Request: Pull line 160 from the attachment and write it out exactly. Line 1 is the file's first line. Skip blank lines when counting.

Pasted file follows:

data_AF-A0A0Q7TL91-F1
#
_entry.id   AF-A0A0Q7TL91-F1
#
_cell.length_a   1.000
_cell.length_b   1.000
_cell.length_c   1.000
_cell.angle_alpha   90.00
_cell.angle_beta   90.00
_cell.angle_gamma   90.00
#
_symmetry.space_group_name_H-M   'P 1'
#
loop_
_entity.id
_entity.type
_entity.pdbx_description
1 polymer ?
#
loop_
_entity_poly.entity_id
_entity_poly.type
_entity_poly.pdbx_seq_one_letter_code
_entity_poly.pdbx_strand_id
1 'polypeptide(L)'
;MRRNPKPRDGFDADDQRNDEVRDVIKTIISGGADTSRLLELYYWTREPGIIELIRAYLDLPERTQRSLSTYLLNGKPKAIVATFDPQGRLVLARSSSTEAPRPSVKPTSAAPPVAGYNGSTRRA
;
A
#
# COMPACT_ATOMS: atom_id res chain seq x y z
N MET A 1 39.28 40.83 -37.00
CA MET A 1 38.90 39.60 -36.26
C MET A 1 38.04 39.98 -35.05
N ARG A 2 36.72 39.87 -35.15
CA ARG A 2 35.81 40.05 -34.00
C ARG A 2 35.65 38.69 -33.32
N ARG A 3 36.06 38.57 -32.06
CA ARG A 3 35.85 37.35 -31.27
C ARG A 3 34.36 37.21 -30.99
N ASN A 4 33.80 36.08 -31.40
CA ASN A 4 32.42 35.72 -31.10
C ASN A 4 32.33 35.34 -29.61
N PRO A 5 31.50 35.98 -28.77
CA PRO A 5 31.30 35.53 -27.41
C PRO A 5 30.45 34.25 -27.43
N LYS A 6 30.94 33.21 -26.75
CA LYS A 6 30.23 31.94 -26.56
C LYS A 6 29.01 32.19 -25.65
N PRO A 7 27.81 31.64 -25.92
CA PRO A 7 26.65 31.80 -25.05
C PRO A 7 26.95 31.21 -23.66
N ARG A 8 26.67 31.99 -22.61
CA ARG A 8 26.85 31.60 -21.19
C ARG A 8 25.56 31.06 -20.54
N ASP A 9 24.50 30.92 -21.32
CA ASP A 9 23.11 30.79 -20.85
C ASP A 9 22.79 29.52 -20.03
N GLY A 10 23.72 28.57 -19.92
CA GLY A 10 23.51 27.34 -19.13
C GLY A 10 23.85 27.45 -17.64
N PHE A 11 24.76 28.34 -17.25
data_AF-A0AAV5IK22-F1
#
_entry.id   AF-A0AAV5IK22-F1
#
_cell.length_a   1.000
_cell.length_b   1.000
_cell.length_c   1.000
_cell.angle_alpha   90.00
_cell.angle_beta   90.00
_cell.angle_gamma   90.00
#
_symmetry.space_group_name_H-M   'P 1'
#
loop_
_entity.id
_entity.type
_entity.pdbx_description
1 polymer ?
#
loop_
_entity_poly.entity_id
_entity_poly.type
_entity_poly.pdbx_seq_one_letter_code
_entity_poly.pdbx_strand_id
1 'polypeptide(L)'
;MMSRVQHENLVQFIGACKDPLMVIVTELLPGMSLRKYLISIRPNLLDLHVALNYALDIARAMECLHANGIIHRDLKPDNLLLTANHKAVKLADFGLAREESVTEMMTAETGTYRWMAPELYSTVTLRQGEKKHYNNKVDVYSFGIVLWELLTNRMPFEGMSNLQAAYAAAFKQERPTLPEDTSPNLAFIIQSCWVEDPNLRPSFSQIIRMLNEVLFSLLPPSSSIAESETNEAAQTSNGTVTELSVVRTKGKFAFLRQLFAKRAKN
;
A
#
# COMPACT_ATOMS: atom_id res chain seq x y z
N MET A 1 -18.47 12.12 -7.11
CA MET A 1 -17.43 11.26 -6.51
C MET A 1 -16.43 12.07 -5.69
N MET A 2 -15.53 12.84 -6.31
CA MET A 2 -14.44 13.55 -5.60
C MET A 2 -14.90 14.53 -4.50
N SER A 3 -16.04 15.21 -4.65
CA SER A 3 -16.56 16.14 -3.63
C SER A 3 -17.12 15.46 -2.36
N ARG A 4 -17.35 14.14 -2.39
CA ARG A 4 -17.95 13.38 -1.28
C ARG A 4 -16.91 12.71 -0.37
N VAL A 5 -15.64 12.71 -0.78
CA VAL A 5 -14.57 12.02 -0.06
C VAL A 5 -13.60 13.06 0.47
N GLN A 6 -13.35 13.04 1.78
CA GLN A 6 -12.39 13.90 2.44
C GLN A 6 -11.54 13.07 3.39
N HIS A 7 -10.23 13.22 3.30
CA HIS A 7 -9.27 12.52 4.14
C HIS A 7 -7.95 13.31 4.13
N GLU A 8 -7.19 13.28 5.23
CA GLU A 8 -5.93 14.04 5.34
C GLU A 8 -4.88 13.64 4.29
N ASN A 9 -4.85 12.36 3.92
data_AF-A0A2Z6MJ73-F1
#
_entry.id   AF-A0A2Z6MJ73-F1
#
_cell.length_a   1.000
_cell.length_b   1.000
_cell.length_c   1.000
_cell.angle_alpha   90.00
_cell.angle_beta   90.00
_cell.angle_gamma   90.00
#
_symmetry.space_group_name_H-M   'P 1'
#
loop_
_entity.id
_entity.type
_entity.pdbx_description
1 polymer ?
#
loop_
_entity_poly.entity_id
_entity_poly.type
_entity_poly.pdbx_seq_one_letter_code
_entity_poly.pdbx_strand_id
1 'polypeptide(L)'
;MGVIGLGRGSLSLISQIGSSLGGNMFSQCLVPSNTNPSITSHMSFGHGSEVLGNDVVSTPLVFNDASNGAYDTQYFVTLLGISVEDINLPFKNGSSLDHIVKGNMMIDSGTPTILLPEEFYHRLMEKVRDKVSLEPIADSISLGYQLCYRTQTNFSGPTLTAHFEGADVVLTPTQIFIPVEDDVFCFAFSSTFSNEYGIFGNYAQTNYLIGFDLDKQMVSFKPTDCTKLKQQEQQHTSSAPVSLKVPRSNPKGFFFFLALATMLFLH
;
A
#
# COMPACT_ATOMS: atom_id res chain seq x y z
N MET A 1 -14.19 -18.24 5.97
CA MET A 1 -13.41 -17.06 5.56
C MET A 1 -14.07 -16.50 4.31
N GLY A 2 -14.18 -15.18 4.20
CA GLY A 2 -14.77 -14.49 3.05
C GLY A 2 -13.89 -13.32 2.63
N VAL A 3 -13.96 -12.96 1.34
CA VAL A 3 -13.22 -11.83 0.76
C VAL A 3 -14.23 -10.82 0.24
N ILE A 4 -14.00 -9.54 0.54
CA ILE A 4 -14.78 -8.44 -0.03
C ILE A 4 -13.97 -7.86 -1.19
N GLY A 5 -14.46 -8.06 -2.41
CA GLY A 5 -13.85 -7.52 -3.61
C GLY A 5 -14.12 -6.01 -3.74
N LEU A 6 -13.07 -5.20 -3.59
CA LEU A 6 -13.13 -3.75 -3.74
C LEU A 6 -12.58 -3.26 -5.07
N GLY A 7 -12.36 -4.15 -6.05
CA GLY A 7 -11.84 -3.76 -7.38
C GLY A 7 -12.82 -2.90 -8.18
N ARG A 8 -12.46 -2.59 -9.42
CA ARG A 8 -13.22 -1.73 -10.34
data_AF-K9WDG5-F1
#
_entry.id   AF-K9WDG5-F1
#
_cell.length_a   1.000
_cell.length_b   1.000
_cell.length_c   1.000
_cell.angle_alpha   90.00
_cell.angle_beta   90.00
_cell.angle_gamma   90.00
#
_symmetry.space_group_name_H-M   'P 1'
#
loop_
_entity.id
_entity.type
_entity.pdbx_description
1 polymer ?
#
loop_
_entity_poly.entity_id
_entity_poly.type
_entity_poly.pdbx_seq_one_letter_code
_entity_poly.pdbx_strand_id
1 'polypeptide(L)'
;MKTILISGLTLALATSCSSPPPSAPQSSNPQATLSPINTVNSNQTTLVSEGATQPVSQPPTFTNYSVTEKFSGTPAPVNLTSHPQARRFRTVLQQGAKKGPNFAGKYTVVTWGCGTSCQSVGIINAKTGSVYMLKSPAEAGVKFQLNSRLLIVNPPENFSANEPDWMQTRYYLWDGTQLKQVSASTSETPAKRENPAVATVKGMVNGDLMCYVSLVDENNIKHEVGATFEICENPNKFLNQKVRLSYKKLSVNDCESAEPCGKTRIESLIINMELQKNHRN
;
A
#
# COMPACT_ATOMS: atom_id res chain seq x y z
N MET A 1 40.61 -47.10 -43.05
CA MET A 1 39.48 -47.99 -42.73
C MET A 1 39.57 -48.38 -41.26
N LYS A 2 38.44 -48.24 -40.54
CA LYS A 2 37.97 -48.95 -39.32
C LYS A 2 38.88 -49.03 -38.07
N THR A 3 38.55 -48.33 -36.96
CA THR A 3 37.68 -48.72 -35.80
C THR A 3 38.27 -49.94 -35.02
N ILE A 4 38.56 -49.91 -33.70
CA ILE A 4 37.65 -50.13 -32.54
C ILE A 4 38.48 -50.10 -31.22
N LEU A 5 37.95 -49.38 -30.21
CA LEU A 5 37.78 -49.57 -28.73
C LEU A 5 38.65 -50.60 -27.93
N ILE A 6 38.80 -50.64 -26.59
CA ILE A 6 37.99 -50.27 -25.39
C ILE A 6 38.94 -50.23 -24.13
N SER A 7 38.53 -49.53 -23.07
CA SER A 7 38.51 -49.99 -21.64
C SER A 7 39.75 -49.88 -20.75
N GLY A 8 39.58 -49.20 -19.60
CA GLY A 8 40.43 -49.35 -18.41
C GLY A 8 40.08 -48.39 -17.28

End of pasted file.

CA GLY A 5 -13.85 -7.52 -3.61